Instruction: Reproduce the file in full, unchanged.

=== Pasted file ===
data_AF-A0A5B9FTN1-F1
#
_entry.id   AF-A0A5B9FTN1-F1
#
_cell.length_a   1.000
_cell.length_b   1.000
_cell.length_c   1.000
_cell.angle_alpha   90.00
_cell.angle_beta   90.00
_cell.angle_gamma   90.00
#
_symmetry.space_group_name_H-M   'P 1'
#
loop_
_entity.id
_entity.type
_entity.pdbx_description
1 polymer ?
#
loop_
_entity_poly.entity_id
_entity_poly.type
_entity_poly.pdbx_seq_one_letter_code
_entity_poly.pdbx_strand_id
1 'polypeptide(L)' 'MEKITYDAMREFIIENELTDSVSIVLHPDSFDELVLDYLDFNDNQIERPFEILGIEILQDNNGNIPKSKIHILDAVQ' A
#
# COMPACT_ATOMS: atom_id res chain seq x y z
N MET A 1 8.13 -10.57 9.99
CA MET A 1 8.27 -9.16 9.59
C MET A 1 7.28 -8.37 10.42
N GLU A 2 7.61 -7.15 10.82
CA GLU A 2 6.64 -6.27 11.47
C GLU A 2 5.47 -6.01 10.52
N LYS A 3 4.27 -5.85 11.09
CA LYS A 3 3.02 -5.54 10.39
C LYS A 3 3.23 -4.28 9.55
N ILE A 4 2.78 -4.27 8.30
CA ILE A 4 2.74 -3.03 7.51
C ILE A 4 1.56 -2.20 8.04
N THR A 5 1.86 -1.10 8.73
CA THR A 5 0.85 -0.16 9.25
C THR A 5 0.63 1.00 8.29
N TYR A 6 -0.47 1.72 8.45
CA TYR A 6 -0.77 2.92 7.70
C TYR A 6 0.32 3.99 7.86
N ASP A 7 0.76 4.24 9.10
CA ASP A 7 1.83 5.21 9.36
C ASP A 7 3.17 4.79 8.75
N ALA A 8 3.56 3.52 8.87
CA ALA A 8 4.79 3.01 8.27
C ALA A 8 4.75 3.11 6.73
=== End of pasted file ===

data_AF-A0A5B9FTN1-F1
#
_entry.id   AF-A0A5B9FTN1-F1
#
_cell.length_a   1.000
_cell.length_b   1.000
_cell.length_c   1.000
_cell.angle_alpha   90.00
_cell.angle_beta   90.00
_cell.angle_gamma   90.00
#
_symmetry.space_group_name_H-M   'P 1'
#
loop_
_entity.id
_entity.type
_entity.pdbx_description
1 polymer ?
#
loop_
_entity_poly.entity_id
_entity_poly.type
_entity_poly.pdbx_seq_one_letter_code
_entity_poly.pdbx_strand_id
1 'polypeptide(L)' 'MEKITYDAMREFIIENELTDSVSIVLHPDSFDELVLDYLDFNDNQIERPFEILGIEILQDNNGNIPKSKIHILDAVQ' A
#
# COMPACT_ATOMS: atom_id res chain seq x y z
N MET A 1 8.13 -10.57 9.99
CA MET A 1 8.27 -9.16 9.59
C MET A 1 7.28 -8.37 10.42
N GLU A 2 7.61 -7.15 10.82
CA GLU A 2 6.64 -6.27 11.47
C GLU A 2 5.47 -6.01 10.52
N LYS A 3 4.27 -5.85 11.09
CA LYS A 3 3.02 -5.54 10.39
C LYS A 3 3.23 -4.28 9.55
N ILE A 4 2.78 -4.27 8.30
CA ILE A 4 2.74 -3.03 7.51
C ILE A 4 1.56 -2.20 8.04
N THR A 5 1.86 -1.10 8.73
CA THR A 5 0.85 -0.16 9.25
C THR A 5 0.63 1.00 8.29
N TYR A 6 -0.47 1.72 8.45
CA TYR A 6 -0.77 2.92 7.70
C TYR A 6 0.32 3.99 7.86
N ASP A 7 0.76 4.24 9.10
CA ASP A 7 1.83 5.21 9.36
C ASP A 7 3.17 4.79 8.75
N ALA A 8 3.56 3.52 8.87
CA ALA A 8 4.79 3.01 8.27
C ALA A 8 4.75 3.11 6.73